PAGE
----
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  30. 30. ! ! ! ! ! ! ! ! ! ! USING SIGN AND GESTURE! ! If you watch our videos, or play the game in-person, you’ll see that we pair spoken language with sign, as needed, to clarify what we’re saying and to use as a cue and a mnemonic.! ! Sign language also gives us another tool, besides English, to use to communicate our intent when things get tough. This keeps us in immersion.! ! You can use any sign - we often use a mix of American Sign Language and invented “contract sign” - but there is no one right sign. The best sign is one that you know and can use - the worst sign is one that is “right” or one that you have to jump through a bunch of hoops to learn.! ! Sign and gesture is there to serve the spoken language - if you find yourself really trying to perfect the sign you use in play (assuming you’re not actually hunting a signed language), you’ve fallen off the path of language hunting. ! !
  31. 31. We’re here to have conversations in our target language. Always remember that.! ! ! ! ! ! ! ! ! 7 Things to Remember About Gestures! ! 1. Spend as little time as possible inventing sign for your games. ! 2. Use the fewest signs necessary for play. Start with using 1 sign for every major word in a sentence. For example: “What [shrug] is that [point] on the table [smack one palm on the back of your other hand]?”! 3. Add signs whenever players consistently forget a word or part of a sentence, and you have no sign to cue them with. This is what the signs are for!! 4. View the selection of American Sign Language apps for iPhone, iPad, or Android! 5. Check out online video dictionaries for signed languages, such as http://aslpro.com.! 6. Notice the gestures that you already use; watch what your hands do when you have everyday conversations; watch other people’s hands; you can all of these to invent sign for your games.! 7. Borrow signs from other language hunters.!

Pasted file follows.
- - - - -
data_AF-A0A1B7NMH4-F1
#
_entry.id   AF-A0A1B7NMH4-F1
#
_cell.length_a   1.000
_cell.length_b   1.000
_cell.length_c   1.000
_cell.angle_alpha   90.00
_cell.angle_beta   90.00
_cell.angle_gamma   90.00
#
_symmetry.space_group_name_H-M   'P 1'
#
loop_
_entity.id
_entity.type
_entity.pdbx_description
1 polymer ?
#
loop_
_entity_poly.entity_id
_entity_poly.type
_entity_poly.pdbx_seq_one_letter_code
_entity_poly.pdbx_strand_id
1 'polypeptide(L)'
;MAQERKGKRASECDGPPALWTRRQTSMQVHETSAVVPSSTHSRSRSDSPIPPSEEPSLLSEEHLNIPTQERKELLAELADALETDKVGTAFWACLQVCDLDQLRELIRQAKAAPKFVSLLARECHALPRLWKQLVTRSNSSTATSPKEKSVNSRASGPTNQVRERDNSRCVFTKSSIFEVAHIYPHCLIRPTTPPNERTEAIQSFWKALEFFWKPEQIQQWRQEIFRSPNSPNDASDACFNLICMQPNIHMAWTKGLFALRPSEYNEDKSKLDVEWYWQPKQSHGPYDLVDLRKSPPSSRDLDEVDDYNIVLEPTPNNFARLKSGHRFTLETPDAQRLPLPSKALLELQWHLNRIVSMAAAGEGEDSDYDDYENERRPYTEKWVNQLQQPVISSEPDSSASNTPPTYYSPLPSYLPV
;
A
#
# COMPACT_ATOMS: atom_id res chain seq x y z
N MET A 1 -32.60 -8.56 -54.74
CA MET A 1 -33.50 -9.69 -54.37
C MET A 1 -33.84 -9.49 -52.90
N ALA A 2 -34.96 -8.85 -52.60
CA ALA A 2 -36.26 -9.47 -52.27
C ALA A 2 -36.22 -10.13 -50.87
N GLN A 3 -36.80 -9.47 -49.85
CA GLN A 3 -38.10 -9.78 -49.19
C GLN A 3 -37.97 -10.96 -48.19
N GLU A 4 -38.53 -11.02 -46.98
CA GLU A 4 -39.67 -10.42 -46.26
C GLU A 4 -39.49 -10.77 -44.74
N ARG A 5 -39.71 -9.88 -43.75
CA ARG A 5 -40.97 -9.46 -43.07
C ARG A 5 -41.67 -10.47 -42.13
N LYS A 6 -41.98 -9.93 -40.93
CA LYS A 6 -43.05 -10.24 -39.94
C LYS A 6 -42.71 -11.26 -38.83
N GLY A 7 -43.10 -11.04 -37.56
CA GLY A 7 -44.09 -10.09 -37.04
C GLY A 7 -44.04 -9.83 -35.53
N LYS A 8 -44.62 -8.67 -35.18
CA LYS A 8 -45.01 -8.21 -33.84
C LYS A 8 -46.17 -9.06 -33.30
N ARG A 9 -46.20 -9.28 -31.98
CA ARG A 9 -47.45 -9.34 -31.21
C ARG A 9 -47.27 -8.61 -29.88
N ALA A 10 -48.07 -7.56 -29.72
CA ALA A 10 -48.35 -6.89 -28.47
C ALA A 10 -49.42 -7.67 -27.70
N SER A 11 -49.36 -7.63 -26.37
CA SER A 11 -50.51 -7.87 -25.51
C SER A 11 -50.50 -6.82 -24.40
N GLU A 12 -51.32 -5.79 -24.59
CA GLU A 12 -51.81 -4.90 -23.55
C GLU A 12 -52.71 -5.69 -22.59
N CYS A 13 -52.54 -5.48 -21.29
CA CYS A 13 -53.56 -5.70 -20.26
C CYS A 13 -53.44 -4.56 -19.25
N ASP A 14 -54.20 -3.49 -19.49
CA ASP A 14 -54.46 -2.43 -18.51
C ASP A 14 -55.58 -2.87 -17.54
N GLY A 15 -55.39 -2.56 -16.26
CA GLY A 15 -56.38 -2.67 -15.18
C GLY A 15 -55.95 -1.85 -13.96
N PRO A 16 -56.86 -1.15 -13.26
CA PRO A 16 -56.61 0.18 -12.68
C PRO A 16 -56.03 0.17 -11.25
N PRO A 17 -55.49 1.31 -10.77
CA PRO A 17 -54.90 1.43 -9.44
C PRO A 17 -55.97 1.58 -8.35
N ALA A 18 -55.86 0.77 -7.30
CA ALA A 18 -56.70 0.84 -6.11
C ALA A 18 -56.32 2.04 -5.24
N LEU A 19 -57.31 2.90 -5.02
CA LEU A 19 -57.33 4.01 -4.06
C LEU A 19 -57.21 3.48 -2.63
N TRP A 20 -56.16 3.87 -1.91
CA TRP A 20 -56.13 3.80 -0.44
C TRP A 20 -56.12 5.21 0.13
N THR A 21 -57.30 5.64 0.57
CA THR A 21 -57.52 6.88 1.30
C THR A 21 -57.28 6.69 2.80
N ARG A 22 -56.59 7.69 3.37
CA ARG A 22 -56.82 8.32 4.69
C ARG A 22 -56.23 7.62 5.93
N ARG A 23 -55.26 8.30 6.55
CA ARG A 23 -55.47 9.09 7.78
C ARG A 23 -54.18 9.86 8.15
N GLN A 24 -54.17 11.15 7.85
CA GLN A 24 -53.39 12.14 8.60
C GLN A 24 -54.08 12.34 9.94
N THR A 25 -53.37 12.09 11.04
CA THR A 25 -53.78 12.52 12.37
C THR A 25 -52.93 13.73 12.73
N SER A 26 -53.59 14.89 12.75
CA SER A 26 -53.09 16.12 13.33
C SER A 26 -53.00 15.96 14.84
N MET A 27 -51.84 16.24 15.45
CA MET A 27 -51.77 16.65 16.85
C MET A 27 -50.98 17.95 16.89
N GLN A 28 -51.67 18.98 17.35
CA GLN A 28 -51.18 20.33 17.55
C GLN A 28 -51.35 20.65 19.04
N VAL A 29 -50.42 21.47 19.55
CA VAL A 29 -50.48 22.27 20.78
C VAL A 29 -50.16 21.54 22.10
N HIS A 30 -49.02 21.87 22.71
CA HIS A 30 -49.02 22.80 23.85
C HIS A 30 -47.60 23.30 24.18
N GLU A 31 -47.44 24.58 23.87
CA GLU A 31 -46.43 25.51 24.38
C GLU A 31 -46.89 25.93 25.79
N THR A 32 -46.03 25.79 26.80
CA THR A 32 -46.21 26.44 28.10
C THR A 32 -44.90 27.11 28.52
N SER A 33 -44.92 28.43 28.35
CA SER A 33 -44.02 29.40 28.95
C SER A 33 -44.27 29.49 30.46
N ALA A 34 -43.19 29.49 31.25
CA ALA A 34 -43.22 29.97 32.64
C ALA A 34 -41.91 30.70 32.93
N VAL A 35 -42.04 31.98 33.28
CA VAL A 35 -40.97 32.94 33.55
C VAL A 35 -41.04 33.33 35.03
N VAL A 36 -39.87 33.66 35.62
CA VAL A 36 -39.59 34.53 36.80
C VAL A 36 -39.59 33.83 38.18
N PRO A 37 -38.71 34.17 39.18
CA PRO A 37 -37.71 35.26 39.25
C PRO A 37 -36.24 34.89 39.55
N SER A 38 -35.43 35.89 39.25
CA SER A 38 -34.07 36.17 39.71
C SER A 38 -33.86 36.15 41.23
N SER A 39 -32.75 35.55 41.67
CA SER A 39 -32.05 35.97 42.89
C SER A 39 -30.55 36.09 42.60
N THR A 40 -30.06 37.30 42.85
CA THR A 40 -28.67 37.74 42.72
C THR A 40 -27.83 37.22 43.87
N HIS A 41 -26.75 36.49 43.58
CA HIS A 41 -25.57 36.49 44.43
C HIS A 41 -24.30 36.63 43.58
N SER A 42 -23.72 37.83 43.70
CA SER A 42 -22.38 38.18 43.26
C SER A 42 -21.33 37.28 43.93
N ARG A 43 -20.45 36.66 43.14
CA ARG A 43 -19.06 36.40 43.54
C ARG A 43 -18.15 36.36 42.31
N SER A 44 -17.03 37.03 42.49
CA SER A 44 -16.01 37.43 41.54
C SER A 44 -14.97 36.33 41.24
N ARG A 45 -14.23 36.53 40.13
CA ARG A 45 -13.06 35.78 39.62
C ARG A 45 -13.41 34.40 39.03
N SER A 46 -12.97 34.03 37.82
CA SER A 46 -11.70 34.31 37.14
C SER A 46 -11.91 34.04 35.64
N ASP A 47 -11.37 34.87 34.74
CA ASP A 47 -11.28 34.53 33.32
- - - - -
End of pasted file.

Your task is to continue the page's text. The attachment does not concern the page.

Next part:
32. 32. Thanks to the following for the Icons: Anna Laura Fara, from The Noun Project Andrew J. Young, from The Noun Project Anthony Lui, from The Noun Project Edward Boatman, from The Noun Project Richard de Vos, from The Noun Project Anne Marie Nguyen, from The Noun Project Anna Weiss, from The Noun Project Tim Shedor, from The Noun Project Richard de Vos, from The Noun Project Roman J. Sokolov, from The Noun Project Lorie Shaull, from The Noun Project Jim Lears, from The Noun Project Tyler Sall, from The Noun Project Endre Samson Kiss, from the Noun Project Juan Pablo Bravo, from the Noun Project Luis Prado, from the Noun Project Cindy Hu, from the Noun Project Olivier Guin, from the Noun Project Megan Strickland, from the Noun Project Luis Prado, from the Noun Project Ezra Keddell, from the Noun Project Ealancheliyan s, from the Noun Project Diego Naive, from the Noun Project Reuben, from the Noun Project Mateo Zlatar, from the Noun Project Yazmin Alanis, from the Noun Project James Keuning, from the Noun Project Duke Innovation Co-Lab, from the Noun Project Michael V. Suriano, from the Noun Project Jason Grube, from the Noun Project Travis Yunis, from the Noun Project Desbenoit, from the Noun Project Emily van den Heever, from the Noun Project XOXO, from the Noun Project Lukasz M. Pogoda, from the Noun Project factor[e] design initiative, from the Noun Project Ryan Sun, from the Noun Project